Singapore court clarifies conditions for granting post-judgment Mareva injunction

Out-Law News | 28 May 2021 | 11:35 am | 2 min. read

The Singapore Court of Appeal has confirmed for the first time the conditions required to grant a freezing injunction after a judgment has been made against the subject of the injunction. The clarification came in the recent case of JTrust Asia Pte Ltd v Group Lease Holdings Pte Ltd and others.

In its ruling, the court also clarified the conditions to be met before a party who has obtained a worldwide freezing order can be released from the undertakings made to the court, so they can start enforcement proceedings in other jurisdictions.

Dispute resolution expert Charlotte Wang of Pinsent Masons MPillay, the Singapore joint law venture between MPillay and Pinsent Masons, the law firm behind Out-Law, said that the Singapore court addressed both topics for the first time in a reported judgment.

Investment management firm JTrust Asia Pte Ltd brought proceedings against a number of companies. While the proceedings were pending, worldwide freezing orders, also known as Mareva injunctions, were granted against three of the companies in order to prevent the dissipation of assets ahead of the conclusion of the case.

After the Singapore High Court found against JTrust Asia, JTrust Asia appealed and the Mareva injunctions were reinstated pending the appeal. The Court of Appeal overturned the High Court judgment, ruling in favour of JTrust. It also extended the reinstated injunctions.

JTrust went on to file an application for the reinstated injunctions to continue to be in effect, and asked to be released from undertakings it had provided when the injunctions were first granted. These undertakings included not starting proceedings against the companies in any other jurisdiction and using any information obtained as a result of an order of the Singapore court in any other jurisdiction; and not seeking to enforce the injunctions in any country other than Singapore, without the permission of the Singapore court.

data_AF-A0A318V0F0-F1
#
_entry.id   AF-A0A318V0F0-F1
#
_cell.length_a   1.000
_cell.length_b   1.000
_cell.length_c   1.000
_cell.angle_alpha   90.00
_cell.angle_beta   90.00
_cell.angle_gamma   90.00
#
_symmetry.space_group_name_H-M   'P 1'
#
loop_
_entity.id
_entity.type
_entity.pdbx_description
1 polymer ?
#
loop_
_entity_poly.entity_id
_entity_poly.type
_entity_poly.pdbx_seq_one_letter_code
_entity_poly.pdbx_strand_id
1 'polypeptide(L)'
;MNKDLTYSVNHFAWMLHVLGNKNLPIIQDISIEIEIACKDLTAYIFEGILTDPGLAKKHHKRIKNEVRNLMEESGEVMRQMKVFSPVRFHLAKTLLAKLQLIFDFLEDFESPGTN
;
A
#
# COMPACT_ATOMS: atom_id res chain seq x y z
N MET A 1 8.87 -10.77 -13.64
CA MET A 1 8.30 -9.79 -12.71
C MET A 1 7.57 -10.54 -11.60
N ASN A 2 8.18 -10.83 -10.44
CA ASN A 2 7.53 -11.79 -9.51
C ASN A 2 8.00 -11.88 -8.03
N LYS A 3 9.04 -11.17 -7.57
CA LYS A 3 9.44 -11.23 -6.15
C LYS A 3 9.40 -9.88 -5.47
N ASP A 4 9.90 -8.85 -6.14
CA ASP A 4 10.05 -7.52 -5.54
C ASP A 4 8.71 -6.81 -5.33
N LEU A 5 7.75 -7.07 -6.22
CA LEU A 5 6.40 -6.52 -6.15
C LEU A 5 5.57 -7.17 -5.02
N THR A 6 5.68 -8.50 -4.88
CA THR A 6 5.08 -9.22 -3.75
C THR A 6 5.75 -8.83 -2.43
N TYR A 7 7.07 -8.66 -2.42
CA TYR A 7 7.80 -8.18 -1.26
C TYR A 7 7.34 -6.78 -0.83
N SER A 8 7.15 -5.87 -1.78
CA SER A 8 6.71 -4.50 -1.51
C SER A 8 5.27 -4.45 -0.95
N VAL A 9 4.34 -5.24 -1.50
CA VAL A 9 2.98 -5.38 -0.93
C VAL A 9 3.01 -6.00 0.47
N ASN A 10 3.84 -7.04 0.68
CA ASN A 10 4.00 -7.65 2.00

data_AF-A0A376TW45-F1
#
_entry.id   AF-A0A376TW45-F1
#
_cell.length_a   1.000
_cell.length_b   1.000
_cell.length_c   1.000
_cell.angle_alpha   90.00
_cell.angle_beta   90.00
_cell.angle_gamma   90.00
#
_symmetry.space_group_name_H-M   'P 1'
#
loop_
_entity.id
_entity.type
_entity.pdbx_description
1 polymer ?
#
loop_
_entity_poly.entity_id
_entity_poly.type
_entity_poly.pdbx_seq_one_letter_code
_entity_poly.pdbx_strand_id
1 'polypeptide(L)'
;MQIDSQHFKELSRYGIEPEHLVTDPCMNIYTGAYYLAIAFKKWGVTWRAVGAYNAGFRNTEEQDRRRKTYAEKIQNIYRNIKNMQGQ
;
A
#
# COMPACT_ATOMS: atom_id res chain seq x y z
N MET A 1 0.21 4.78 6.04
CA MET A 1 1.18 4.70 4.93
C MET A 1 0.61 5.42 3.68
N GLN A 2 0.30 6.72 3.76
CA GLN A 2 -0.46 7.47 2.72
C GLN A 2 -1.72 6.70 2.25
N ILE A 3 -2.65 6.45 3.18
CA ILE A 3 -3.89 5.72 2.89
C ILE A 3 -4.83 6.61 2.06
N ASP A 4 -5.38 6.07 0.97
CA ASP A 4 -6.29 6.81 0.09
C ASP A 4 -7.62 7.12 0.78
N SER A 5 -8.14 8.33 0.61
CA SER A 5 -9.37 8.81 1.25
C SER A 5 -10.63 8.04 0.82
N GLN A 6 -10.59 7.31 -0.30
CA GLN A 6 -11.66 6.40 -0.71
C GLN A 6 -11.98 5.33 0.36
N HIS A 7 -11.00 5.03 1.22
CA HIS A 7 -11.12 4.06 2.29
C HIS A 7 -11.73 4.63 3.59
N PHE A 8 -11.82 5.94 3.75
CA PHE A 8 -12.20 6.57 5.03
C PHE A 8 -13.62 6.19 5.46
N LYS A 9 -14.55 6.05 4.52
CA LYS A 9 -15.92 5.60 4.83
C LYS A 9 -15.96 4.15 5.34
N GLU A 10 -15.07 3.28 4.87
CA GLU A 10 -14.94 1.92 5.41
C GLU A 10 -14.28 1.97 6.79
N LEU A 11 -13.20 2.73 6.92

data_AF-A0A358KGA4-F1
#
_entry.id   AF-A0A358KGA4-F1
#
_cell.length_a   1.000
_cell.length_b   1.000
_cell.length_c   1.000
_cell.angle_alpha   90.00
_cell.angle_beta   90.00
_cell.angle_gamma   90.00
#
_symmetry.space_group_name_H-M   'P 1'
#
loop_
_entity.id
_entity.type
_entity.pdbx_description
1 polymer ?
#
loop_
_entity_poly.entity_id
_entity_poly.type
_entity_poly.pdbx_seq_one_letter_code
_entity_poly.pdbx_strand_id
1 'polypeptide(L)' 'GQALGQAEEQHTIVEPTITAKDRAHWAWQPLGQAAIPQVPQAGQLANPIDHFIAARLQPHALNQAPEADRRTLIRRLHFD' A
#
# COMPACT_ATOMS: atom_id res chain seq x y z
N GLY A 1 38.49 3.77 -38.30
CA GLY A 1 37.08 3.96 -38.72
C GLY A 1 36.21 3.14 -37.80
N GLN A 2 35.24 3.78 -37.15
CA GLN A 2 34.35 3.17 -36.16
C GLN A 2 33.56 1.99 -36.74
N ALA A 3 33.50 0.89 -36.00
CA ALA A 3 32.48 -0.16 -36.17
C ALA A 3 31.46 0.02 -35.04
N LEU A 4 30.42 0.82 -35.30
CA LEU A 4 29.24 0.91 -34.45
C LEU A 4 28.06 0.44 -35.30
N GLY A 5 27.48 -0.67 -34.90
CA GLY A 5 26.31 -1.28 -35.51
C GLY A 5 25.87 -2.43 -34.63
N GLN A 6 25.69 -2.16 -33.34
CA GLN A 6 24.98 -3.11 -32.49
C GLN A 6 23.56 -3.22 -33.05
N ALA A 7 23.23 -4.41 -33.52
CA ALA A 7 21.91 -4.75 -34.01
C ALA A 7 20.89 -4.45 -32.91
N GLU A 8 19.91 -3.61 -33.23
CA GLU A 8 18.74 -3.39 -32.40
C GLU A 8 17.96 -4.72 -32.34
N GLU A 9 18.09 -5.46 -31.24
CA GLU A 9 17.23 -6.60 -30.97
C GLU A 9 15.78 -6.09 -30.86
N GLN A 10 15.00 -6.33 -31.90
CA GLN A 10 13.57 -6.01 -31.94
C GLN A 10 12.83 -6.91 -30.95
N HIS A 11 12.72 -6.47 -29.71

The Court of Appeal said that in order to grant a post-judgment Mareva injunction, a court must be satisfied that: there was a real risk of the debtor dissipating its assets with the intention of depriving the creditor of satisfaction of the judgment debt; that the injunction must act as an aid to execution; and that it must be in the interests of justice to grant the injunction.

The court said the first requirement was well-established for all Mareva injunctions. The second requirement was also an obvious condition, it said, because the purpose of a post-judgment Mareva injunction can only be granted to assist the execution of the debt. The third condition was also well established, with courts having to analyse whether, in considering all the circumstances, it would be just to grant the injunction.

As the Court of Appeal considered that all three conditions were met in the JTrust Asia case, it ordered the injunctions to be extended.

Additionally, the court said the tests for modifying or removing the undertakings should be transposed from the test made in the context of discovery orders. This is because the purpose of such undertakings is also to protect a defendant by preventing the plaintiff from abusing the information obtained for ulterior purposes.

In the context of discovery orders, a party can be released from an undertaking if it demonstrates “cogent and persuasive” reasons for the release; and the release would not cause injustice to the person giving discovery.

The court said these requirements could be modified and transposed into the context of Mareva injunctions, so that a party wanting to be released from its undertakings must also demonstrate cogent and persuasive reasons for the release; and show that it would not cause injustice to the party subject to the injunction, or who had disclosed information following any court order.

On the facts, the court found that there was no cogent and persuasive reason to release the appellant from its undertakings in this case.

Wang said the case provided welcome clarity on Mareva injunction granted post-judgment: "It should come as no surprise that these conditions, which are well-established in all Mareva injunctions, apply equally to post-judgment Mareva injunctions."